City officials hope that settling with the police managers and having them buy into the historic police reforms will be an incentive for the larger Seattle Police Officers’ Guild (SPOG) to settle its contract. The rank-and-file officers have been without a contract since 2014.

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The Seattle City Council on Monday overwhelmingly approved a new contract with the union that represents captains and lieutenants in the Seattle Police Department, in what officials have hailed as a key step in the police-accountability and court-ordered reform process.

The council voted 8 to 1 in favor of the contract, with Councilmember Kshama Sawant dissenting over what she called a lack of transparency in the contract and extra money for managers.

The agreement, reached two weeks ago between the city and the Seattle Police Management Association (SPMA), came after years of failed negotiation. It includes the endorsement of sweeping police reforms and the trial use of body cameras by some supervisors.

The six-year contract is retroactive to January 2014 and will expire at the end of December 2019.

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City officials hope that settling with the police managers and having them buy into the historic police reforms will be an incentive for the larger Seattle Police Officers’ Guild (SPOG) to settle its contract. The rank-and-file officers have been without a contract since 2014.

After years of dickering — including an unfair-labor-practice complaint — the agreement with about 70 captains and lieutenants bolsters the City Council’s wide-ranging police-accountability ordinance enacted in May.

It also moves the department closer to compliance with a 2012 consent-decree negotiated with the U.S. Department of Justice over a finding that officers routinely used excessive force and displayed troubling practices of biased policing.

Under the contract, the managers will receive raises totaling 10.25 percent from 2014 through this year. Next year, the supervisors will receive another raise amounting to 100 percent of the consumer-price-index inflation rate.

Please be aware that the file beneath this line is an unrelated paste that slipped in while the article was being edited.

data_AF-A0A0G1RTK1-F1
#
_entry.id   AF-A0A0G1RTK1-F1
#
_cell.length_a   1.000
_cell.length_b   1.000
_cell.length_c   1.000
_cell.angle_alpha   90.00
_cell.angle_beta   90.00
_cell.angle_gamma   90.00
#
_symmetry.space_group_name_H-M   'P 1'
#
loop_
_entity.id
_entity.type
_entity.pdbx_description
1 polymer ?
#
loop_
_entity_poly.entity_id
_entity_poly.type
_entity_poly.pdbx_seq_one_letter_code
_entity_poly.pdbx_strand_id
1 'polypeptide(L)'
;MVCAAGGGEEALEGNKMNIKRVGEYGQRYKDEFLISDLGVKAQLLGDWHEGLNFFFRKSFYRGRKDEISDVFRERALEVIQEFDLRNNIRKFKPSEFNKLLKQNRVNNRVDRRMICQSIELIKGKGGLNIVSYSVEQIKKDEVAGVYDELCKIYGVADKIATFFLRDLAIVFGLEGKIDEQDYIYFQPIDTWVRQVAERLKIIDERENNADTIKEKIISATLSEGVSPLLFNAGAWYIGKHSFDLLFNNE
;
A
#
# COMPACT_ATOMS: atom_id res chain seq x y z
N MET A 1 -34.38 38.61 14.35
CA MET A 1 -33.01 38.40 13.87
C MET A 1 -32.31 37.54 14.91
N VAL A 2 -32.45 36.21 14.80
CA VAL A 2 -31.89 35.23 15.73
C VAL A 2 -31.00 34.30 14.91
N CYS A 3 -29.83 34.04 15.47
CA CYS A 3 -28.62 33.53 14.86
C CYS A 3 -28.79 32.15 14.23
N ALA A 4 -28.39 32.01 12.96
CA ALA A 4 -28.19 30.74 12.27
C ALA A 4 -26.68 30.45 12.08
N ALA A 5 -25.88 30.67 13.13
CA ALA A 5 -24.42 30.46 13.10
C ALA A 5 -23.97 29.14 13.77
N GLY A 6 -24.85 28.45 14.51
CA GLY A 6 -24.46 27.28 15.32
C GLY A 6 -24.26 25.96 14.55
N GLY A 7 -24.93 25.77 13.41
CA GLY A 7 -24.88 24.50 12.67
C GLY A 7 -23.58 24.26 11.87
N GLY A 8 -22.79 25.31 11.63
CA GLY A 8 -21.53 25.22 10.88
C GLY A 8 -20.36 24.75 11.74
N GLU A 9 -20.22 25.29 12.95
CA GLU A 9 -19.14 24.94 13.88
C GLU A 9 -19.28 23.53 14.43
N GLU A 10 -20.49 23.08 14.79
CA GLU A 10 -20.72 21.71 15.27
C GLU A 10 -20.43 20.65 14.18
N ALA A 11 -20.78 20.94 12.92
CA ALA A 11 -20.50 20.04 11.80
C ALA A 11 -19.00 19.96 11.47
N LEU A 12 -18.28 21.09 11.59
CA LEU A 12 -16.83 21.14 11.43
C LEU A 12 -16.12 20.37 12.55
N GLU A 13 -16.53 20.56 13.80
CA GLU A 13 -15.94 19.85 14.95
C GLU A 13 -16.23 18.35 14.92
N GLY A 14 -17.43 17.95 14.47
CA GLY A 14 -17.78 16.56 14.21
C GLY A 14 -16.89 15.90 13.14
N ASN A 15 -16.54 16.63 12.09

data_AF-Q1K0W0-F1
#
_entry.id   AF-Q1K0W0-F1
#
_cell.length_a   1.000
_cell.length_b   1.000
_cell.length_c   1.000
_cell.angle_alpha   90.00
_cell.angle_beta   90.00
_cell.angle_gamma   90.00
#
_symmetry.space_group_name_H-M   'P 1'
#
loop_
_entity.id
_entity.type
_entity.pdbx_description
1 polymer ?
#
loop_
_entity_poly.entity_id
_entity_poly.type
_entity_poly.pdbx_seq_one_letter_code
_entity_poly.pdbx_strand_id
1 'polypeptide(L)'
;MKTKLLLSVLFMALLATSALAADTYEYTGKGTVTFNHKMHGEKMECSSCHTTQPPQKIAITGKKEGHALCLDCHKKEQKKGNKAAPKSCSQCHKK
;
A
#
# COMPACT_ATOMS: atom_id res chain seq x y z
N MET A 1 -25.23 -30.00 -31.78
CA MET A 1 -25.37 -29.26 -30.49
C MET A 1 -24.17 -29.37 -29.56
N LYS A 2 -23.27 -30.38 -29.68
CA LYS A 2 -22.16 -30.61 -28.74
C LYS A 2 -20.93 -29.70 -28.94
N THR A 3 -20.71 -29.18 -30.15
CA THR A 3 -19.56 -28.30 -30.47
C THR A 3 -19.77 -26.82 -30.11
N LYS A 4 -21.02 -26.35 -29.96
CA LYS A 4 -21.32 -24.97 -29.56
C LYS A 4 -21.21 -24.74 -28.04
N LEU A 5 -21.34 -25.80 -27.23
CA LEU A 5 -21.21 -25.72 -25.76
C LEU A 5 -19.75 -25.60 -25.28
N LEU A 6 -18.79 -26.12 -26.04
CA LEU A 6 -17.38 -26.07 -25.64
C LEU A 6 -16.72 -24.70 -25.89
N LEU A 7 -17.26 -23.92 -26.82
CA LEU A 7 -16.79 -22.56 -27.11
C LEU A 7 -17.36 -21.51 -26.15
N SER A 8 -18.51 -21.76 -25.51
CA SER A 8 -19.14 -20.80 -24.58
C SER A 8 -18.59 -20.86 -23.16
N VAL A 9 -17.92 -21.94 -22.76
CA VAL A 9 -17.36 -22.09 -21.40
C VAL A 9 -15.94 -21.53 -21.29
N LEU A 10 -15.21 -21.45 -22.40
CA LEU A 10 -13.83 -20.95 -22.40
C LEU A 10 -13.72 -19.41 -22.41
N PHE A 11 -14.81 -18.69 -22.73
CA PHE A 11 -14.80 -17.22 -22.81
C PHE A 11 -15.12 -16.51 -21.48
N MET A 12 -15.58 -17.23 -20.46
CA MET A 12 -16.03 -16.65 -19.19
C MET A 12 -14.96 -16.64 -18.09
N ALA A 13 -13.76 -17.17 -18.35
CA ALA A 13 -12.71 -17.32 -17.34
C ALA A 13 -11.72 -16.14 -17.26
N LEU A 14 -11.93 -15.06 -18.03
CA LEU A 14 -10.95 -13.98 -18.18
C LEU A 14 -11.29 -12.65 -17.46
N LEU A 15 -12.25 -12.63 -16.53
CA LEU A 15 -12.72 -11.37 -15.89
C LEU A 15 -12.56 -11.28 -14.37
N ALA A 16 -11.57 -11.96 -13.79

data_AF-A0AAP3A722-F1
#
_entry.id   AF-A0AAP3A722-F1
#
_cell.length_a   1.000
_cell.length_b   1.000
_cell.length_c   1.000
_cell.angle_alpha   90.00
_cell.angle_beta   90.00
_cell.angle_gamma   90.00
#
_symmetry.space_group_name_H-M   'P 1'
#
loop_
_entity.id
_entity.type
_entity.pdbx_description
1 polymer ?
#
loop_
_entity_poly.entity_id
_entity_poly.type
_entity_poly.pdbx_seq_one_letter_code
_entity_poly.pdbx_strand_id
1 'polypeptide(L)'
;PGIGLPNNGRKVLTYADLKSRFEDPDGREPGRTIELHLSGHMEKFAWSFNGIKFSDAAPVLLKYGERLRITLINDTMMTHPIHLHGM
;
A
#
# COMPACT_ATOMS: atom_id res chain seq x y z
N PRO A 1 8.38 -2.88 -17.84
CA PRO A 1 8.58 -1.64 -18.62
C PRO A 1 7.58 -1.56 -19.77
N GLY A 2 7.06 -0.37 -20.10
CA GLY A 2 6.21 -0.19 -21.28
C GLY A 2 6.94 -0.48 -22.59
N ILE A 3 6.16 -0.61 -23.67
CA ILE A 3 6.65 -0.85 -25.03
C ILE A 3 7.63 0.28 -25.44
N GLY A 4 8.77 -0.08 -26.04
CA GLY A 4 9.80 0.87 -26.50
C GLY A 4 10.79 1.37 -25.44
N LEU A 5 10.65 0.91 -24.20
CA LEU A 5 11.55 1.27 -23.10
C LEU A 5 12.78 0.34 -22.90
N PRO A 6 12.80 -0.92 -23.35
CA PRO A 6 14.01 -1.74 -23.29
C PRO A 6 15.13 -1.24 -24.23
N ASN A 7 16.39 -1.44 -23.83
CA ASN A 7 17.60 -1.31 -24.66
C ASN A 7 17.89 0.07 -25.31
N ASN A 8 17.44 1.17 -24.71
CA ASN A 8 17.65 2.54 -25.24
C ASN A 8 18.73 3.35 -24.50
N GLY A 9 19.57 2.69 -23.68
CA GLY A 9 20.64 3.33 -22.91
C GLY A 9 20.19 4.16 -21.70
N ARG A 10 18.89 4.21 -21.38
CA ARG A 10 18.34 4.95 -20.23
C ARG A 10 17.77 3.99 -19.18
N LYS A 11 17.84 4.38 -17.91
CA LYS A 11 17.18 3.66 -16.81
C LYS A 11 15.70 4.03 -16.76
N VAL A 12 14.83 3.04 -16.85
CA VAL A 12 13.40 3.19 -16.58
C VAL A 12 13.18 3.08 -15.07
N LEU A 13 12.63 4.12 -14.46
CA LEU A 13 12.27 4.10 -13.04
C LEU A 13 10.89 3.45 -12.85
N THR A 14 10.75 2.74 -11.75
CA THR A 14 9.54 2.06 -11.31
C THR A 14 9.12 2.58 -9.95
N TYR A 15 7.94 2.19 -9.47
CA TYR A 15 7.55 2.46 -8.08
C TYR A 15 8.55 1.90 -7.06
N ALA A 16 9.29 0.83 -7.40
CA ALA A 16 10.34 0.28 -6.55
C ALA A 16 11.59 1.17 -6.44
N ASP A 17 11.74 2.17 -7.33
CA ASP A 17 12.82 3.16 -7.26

As a result, a senior captain’s salary will go from $162,096 at the start of the contract to $179,952 this year. A senior lieutenant would see a salary jump from $136,308 to $150,828.

After the deal was reached, questions were raised about whether arbitration procedures in the contract, used to resolve appeals of terminations and disciplinary actions, undercut the language and aims of the police-accountability ordinance.

But those concerns were allayed when the council received assurances from Councilmembers Lisa Herbold and M. Lorena González that the contract addresses what was seen in the past as cherry-picking of arbitrators.

Councilmembers also were told that appeals will be open to the public, in what had been another issue.

“This is a great agreement that advances our police-reform efforts and offers good financial terms for all parties,” temporary Mayor Tim Burgess said in a statement after the vote. “As part of this historic agreement, the police managers’ union voluntarily chose to embrace Seattle’s new police accountability ordinance. That’s a major achievement that should make us all proud.”

González, who heads the council committee that oversees public safety, said in a statement, “Today, the City Council ratified a collective bargaining agreement with the SPMA that reflects the spirit and intent of our police accountability ordinance that will create long-term, sustainable police reform.”